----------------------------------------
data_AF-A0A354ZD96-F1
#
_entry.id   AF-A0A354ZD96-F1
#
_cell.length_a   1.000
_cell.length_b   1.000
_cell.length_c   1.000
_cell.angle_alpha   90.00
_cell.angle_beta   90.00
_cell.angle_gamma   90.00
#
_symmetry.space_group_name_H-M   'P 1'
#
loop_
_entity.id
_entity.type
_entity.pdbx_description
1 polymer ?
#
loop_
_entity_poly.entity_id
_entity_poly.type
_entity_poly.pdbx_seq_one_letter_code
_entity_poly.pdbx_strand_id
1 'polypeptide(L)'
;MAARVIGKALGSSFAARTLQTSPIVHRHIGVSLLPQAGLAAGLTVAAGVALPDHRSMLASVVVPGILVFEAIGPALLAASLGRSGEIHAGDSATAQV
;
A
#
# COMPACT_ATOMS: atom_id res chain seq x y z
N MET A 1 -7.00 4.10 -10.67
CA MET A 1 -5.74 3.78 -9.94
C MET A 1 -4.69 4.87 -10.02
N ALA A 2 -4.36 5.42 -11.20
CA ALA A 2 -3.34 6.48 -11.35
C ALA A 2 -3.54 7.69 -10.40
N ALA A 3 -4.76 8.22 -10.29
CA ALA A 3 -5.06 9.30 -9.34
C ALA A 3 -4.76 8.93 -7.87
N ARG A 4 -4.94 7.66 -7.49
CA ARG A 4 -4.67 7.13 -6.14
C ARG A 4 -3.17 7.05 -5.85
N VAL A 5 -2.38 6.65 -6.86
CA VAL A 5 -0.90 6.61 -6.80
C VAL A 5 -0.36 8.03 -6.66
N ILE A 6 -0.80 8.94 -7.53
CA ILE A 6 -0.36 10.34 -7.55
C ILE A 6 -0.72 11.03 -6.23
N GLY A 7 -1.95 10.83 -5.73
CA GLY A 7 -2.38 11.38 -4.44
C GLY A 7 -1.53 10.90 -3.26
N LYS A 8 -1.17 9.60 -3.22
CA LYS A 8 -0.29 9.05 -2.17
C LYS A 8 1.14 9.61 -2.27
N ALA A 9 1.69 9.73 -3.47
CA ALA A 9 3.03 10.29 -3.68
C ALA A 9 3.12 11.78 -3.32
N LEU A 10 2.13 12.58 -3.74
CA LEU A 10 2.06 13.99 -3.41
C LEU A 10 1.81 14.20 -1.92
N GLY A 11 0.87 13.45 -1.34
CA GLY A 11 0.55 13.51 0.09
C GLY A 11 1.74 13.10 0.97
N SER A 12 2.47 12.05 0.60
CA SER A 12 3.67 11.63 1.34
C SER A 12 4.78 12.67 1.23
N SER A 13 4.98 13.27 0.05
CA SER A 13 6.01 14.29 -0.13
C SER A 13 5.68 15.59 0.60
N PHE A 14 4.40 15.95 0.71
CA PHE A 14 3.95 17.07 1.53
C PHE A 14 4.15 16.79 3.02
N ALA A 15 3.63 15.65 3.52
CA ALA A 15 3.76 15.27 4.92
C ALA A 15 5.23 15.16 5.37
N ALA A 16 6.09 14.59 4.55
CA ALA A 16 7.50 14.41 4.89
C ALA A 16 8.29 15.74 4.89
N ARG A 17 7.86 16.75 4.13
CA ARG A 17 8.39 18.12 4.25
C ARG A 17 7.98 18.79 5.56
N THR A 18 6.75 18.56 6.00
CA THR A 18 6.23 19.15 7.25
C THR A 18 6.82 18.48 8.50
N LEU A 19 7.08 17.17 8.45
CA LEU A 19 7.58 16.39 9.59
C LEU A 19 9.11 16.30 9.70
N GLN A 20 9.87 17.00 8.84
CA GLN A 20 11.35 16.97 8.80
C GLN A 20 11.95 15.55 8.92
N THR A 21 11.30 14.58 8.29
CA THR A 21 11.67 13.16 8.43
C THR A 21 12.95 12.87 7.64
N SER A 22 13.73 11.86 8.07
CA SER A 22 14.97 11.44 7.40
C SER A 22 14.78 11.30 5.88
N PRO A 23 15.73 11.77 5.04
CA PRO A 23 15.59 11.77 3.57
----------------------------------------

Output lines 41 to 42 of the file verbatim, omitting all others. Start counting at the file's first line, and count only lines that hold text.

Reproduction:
CA ARG A 4 -4.67 7.13 -6.14
C ARG A 4 -3.17 7.05 -5.85